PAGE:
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My View: Choose words wisely; don't equate homelessness with lawlessness

Words are powerful, particularly when they come from City Hall and are accompanied by controversial and highly publicized government action.

The city’s recent effort to address issues of livability around City Hall and elsewhere in the central core have resulted in headlines and sound bites that have many Portlanders concerned that their elected leaders and police are equating homelessness with lawlessness.

In an Aug. 7 newspaper article, “Police begin sidewalk sweep of the homeless,” Mayor Charlie Hales is quoted as

saying, “This is about lawlessness.”

News articles and television coverage addressing this issue have further fueled the fire for anonymous online posters who relate their own anecdotal experiences and further perpetuate the harmful and misguided stereotype of persons struggling with homelessness as a largely criminal element.

The city’s Human Rights Commission encourages all involved in this ongoing dialogue regarding livability and opportunity in the downtown area to resist the impulse to paint in broad strokes when discussing and taking action regarding as diverse a population as our fellow Portlanders struggling with homelessness.

While the acts and statements of the mayor and other elected officials likely do not intend to label all Portlanders struggling with homelessness as lawless, these comments can be easily misconstrued as an endorsement of that notion, which is counterproductive to the work our city leaders and others have undertaken to find solutions to Portland’s housing crisis.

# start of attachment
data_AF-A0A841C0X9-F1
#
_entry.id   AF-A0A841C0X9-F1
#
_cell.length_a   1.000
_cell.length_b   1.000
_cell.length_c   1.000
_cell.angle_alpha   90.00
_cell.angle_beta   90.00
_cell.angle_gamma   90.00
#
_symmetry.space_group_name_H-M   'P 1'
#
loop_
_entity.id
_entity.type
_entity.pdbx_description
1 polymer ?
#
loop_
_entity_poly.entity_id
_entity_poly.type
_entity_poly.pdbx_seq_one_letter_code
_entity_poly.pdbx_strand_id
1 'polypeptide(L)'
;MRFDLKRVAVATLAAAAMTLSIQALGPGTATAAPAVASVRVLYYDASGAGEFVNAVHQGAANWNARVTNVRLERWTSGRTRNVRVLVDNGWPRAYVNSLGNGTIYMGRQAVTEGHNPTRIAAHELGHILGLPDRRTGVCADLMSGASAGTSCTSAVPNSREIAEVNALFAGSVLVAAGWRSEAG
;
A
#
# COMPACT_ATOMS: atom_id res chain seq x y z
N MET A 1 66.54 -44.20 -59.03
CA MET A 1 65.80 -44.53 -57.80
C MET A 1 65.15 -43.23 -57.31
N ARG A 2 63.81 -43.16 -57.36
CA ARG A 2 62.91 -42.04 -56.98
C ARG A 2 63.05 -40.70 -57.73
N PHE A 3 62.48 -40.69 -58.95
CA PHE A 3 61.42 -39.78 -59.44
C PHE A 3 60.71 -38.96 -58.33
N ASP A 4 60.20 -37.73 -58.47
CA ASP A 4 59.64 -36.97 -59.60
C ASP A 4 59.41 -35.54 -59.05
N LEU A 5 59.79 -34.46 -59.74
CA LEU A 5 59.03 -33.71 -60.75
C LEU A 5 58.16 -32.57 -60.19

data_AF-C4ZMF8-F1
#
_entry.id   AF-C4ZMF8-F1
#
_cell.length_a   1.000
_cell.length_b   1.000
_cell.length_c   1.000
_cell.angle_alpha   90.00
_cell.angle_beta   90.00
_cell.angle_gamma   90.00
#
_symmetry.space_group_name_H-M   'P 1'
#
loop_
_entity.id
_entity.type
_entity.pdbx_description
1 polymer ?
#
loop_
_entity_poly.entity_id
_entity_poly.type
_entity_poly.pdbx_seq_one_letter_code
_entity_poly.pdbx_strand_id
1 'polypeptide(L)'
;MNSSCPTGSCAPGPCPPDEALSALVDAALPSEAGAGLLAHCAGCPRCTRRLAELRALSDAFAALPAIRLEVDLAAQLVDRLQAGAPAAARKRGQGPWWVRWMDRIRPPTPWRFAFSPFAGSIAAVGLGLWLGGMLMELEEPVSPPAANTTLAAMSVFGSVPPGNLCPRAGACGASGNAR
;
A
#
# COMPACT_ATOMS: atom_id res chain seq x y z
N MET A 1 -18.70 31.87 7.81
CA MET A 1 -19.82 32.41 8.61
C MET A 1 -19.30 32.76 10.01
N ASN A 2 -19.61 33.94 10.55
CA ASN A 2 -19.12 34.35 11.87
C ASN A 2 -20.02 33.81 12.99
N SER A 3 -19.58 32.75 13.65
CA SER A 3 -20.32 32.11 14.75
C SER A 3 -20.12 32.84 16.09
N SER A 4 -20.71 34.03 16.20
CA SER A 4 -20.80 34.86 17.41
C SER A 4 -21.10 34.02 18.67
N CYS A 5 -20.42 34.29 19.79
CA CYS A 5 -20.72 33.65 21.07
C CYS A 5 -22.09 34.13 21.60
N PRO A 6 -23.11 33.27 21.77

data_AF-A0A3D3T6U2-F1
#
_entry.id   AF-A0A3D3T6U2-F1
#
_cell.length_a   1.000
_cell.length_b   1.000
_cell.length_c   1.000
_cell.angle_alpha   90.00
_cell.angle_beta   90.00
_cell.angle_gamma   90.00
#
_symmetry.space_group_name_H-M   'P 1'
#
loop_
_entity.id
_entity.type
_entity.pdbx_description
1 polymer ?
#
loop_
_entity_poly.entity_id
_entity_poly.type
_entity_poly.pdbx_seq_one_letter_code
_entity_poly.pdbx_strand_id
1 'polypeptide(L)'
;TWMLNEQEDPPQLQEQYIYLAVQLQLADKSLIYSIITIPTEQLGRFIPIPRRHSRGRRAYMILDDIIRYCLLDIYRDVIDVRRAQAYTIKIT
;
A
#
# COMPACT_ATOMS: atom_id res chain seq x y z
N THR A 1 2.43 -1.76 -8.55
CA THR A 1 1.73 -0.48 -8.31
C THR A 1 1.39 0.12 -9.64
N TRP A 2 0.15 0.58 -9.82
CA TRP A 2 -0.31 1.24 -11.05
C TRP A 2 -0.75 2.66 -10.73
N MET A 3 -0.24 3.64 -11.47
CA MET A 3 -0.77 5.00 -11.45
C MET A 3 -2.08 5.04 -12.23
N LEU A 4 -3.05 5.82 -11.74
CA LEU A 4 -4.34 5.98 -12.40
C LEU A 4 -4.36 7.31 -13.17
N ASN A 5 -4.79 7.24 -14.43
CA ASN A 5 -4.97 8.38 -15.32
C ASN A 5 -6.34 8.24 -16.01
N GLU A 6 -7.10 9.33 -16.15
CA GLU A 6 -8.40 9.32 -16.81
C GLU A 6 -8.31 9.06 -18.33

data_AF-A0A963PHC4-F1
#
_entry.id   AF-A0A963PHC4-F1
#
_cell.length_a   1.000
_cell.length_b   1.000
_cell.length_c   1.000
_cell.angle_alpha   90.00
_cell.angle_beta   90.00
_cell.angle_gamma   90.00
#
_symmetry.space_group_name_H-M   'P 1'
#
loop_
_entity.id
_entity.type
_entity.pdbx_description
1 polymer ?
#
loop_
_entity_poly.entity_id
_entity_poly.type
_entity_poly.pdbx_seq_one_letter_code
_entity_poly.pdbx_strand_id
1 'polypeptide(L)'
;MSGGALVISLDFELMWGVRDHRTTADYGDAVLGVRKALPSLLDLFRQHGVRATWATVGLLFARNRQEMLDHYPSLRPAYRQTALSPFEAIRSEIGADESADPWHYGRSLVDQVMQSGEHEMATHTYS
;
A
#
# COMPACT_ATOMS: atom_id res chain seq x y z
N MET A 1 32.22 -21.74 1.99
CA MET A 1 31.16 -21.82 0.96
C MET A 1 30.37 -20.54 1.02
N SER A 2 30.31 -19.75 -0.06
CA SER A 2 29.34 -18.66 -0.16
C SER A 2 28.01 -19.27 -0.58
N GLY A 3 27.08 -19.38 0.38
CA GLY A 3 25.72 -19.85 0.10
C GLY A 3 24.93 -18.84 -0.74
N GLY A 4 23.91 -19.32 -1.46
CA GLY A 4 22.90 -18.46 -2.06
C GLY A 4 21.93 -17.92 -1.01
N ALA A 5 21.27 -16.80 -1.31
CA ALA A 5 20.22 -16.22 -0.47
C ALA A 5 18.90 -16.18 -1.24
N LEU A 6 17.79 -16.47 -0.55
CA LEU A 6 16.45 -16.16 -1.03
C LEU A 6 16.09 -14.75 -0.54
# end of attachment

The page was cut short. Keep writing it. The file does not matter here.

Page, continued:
In times like these, where sound bites rule and the city’s words can be easily misconstrued, we would encourage our elected leaders to actively distinguish those who are intentionally violating the law from those who are dealing with homelessness and trying to balance the limited choices those circumstances present with strict compliance with laws that can be difficult to understand.

In doing so, we also call on our leaders to acknowledge the growing number of Portlanders who are legitimately struggling with housing insecurity and to pursue solutions to this crisis as aggressively, if not more so, as any effort to improve livability in the central city by removing perceived lawbreakers.

Finally, we call on the media to responsibly report the actions and statements of everyone involved in the effort to balance the rights of our homeless and others in the city of Portland. Although Hales, in his statements to the media, noted that the eviction of people violating city law was a “livability issue,” that was not as widely or prominently featured by the media as his statements regarding “lawlessness.”

The media’s presentation of the views our leaders espouse is what creates the framework for our understanding of those views. We hope they can be fairly and accurately presented so as not to exacerbate an already contentious problem.

We agree there is a legitimate need to address livability issues for all our citizens in the central city, including those without housing. We are wary, however, of any statement or action that equates homelessness with lawlessness.

By perpetuating an environment, even unintentionally, where “public safety” and “lawlessness” are issues directly associated with homelessness rather than crime itself, we are encouraging harmful images and stereotypes of an entire class of people as “dangerous” or “in disregard of the law.” It is wrong to do so.

Members of Portland’s homeless population are a diverse group of Portlanders who deserve respect and the right to be judged on an individual basis. In this climate, where words and actions can be misconstrued to suggest the opposite, Portland’s leaders should say loudly and clearly that this is so.

Portland’s Human Rights Commission works to eliminate discrimination and bigotry, to strengthen intergroup relationships and to foster greater understanding, inclusion and justice for those who live, work, study, worship, travel and play in Portland.

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